Rachel Brickner, Ph.D.
Associate Professor, Department of Politics
Phone: (902) 585-1349
My research focuses on the development of citizenship in politically and economically transitioning societies, both in terms of the way that citizenship is conceived and how civil societies mobilize in support of new forms and content of citizenship. In particular, my current research focuses on working women’s mobilization for a new understanding of citizenship in Mexico that redefines citizenship in a gender-inclusive way and that responds to changing economic dynamics.
This research is a continuation of fieldwork done for my Ph.D. dissertation, which was an examination of union women’s activism in Mexico City toward promoting three different levels of women workers’ citizenship: the individual women’s consciousness of themselves as citizens, union policies promoting gender equality, and a gendered revision of the Federal Labour Law.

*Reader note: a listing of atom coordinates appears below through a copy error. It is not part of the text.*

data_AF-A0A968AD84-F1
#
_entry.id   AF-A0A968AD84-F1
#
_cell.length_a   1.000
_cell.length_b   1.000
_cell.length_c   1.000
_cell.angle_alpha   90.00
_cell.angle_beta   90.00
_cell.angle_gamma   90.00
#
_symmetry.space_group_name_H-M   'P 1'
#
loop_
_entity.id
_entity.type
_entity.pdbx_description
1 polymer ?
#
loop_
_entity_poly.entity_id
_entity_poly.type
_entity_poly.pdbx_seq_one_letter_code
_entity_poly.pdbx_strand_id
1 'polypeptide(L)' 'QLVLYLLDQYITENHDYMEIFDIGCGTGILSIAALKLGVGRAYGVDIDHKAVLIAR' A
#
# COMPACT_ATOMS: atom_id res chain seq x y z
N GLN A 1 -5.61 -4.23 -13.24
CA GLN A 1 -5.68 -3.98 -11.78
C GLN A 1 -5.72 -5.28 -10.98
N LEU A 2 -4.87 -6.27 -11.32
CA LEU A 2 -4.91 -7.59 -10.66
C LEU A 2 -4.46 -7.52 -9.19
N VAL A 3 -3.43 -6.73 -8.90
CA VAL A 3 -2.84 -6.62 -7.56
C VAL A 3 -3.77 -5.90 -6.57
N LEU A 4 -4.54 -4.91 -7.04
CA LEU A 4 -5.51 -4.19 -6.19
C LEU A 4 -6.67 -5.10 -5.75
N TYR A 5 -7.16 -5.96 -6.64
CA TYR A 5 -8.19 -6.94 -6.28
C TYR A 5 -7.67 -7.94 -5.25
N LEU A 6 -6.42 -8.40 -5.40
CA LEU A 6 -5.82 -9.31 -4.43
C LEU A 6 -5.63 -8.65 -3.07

Moving forward toward publication of this work, I am reframing this activism in the context of two overwhelming tensions: the tension of democratization in a climate of economic globalization and the tension between mobilization on the basis of class-based identity in the context of new social movements.
Other areas of research interest include women’s use of new media in promoting citizenship, and the implications of women’s migration to the US and Canada on the objectives of the women’s movement in those countries.
2006. "Mexican Union Women and the Social Construction of Women’s Labor Rights." Latin American Perspectives 33(6): 55-74.
2006. "Assessing Fujimori’s Peru." [Review of Catherine M. Conaghan’s Fujimori’s Peru: Deception in the Public Sphere], Georgetown Journal of International Affairs 7(2): 160-65.
Forthcoming. "Opening Global Politics: A New Introduction." International Studies Perspectives (with Geoffrey Whitehall).